Up, Up and Away

Since his promotion last year to president, director of design of Helman Hurley Charvat Peacock/Architects, Inc., Mike Chatham has been a busy man. The full-service architectural firm headquartered in Orlando has diverse projects in 30 nations, including those in hospitality/resort development, mixed use and themed entertainment.

Emerald Grande at HarborWalk Village in Destin, FL, which opened last summer, was originally designed to be a condo project, but market factors caused a change in plans for Chatham and John Purdy, HHCP vice president and senior project designer. The switch to vacation ownership, Chatham says, put an increased emphasis on luxury and the interior design plans were constantly upgraded throughout the project.

Emerald Grande features two towers with 13 stories and 281 units that are part of HarborWalk, a mixed-use resort complex along Destin's harbor. The units feature nautical-themed interiors with nine-foot ceilings, spacious balconies and grand terraces.

The rooms feature crown moldings, Italian marble floors, designer-grade cabinets and a granite vanity top, glass stand-alone shower and oversized soaking tub in the bathroom.

Chatham and his firm also are putting the finishing touches on the Wyndham Resort at Bonnet Creek in Orlando. The 744-room condo-style villas next to Walt Disney World are nearing completion with a combination of Florida architecture mixed with Mediterranean-style features.

Lodging Hospitality chatted with Chatham about the latest trends in vacation-ownership architecture and interior design.

How would you describe your design style?

We have tended to move toward traditional forms of architecture. Part of the reason is we're trying to create a sense of a place or what a place is based on a story. If you move to more modern architecture, you start to move away from sense of place. If you look at Emerald Grande, it is almost a historically based architecture very heavy in detail and grandeur, not specifically based on any one style. It's almost a whimsical fantasy style, but when you look at it, it creates a sense of place and identity. That is the key, having an identity that people can associate themselves with and want to buy into.

Are VO projects more fun for a designer?

Absolutely. We get more freedom. We're continually challenged by our clients to take these projects to a higher level.

How has the green movement impacted VO design?

I think it is coming. It's going be driven by perceived value to buyers of timeshare product. I think it's still coming down to the design professionals to show the economics of sustainable initiatives in projects and to show the owners how we can make these design initiatives economically feasible.

What other trends are you seeing in VO design?


  • Owners are starting to develop and sell more exclusive upscale units: These units are at a higher price point, but also provide a higher level of service. The market out there is of people looking for room service — which is not traditional to timeshare — concierge services, spa services. There used to be a few of these and what we're seeing is more and more of these higher-level units included in projects.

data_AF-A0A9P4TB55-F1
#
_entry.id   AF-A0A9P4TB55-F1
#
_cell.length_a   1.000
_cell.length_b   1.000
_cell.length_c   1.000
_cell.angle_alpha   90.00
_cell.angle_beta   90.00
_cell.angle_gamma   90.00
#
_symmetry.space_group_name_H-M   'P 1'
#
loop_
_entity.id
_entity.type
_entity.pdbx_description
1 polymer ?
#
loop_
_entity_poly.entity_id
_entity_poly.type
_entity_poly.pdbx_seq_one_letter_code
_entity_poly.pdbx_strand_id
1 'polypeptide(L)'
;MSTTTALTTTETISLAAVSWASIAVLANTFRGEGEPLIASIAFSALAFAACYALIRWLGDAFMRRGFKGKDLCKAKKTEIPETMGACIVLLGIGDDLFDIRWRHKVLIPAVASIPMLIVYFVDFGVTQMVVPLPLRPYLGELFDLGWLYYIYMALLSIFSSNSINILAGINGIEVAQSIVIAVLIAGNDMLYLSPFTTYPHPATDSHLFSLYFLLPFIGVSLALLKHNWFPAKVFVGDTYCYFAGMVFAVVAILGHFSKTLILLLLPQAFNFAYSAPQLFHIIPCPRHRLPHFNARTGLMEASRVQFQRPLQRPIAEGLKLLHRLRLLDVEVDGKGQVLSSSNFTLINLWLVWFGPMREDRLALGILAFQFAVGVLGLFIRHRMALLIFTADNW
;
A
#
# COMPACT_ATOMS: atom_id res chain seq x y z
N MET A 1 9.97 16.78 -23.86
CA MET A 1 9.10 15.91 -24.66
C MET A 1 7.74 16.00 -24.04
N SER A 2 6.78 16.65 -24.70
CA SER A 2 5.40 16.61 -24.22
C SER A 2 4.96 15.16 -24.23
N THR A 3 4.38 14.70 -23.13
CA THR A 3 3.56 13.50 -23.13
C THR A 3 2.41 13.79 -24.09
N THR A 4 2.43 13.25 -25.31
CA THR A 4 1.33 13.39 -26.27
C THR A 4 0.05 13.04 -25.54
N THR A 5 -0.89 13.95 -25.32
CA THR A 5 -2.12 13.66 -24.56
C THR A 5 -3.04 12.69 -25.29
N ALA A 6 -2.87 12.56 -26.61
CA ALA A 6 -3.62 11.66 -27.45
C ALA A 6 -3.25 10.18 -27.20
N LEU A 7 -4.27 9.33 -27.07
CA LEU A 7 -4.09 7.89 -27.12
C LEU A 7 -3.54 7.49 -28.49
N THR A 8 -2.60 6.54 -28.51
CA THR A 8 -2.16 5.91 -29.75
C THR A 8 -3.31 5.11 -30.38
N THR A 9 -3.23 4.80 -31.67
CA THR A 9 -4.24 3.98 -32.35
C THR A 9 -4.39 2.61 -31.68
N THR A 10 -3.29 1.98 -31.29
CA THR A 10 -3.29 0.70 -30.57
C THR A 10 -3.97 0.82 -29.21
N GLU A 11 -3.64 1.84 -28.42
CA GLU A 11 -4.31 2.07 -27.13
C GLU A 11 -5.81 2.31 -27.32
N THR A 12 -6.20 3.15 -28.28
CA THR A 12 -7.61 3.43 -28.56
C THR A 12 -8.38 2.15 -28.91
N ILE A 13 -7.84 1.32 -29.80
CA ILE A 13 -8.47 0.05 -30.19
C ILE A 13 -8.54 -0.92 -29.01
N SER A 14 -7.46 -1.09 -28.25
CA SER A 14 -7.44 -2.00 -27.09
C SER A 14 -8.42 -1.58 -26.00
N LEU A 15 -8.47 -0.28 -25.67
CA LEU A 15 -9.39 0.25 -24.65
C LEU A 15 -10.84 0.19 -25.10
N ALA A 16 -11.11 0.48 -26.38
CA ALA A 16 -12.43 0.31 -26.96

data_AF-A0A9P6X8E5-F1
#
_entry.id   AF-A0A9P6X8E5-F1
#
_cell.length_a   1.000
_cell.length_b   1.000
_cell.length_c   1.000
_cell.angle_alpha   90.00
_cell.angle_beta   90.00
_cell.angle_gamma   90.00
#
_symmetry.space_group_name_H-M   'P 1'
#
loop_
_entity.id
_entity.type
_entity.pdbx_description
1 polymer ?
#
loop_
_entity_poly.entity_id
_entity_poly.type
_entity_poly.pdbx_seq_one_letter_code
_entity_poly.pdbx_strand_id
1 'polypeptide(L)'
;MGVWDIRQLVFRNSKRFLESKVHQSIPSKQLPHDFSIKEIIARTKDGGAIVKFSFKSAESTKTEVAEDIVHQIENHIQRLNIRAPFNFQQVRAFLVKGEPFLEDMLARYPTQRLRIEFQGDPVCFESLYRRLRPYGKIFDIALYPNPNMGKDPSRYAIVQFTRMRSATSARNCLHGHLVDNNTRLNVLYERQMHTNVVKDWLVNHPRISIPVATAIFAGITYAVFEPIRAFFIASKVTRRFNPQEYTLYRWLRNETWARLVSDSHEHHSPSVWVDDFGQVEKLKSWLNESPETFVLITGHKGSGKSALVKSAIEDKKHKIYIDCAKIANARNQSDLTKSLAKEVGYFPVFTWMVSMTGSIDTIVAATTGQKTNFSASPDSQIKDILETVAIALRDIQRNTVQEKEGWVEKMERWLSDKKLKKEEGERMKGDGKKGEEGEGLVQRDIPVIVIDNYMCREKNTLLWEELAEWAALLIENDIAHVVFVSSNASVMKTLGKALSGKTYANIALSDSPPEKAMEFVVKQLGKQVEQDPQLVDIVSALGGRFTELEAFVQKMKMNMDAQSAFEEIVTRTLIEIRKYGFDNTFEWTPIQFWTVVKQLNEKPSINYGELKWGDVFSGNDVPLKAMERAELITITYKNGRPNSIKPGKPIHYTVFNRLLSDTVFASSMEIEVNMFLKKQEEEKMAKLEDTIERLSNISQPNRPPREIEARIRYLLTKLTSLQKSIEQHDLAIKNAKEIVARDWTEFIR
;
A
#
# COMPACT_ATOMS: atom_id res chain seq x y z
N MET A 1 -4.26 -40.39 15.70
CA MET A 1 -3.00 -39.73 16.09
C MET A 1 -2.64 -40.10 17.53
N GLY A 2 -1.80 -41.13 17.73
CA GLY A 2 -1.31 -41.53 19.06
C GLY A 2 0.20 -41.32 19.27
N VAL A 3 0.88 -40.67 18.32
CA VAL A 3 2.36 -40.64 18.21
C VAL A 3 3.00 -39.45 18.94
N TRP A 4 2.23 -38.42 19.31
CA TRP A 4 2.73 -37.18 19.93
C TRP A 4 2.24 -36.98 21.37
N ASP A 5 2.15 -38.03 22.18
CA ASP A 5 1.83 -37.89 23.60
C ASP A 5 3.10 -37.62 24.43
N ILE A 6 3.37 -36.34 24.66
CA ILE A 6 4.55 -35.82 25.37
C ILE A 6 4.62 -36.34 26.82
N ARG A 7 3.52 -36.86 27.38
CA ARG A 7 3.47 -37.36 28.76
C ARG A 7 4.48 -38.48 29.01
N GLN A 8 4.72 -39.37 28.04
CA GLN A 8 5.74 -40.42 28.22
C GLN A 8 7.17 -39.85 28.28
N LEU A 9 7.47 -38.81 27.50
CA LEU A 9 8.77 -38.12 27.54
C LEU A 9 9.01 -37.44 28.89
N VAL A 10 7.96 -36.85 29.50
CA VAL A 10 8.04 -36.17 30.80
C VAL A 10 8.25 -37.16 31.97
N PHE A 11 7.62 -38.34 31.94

• The idea of expanding amenities for projects: As the project grows and is being built, the demand becomes greater and greater. Owners and operators are upgrading their packages (midstream). We're also seeing them creating unique amenity experiences within a resort — like one building being more geared to kids with slides and pools, while another would be more geared to spa services — customizing the different buildings and giving owners a chance to select their own experiences.

  • The synergy between hotels and vacation ownership: We are working with Wyndham Vacation Ownership at the Bonnet Creek Resort in Orlando. They are tending to build their resorts with hotels adjacent to an ownership project. It creates a lot of synergies. Like I said earlier, the high-end services are more important and it makes it easier to provide that. The other synergy is you can pique people's interests and create an opportunity to soft sell from the hotel to the timeshare. Right now we have electronic kiosks to see more about the product and just by being there and seeing it from the hotel gives you an opportunity to create that interest. It's an opportunity while having coffee to learn more about ownership opportunities.

  • Companies are starting to look globally at the market and testing the waters of how they can grow overseas: I think some of the things that hold things back are cultural perceptions. It will be slow to happen. The cost is different, sales are different, a lot of politics are different, local customs are different. There are lots of obstacles moving into a global market, but everyone is interested in it. It won't be long.

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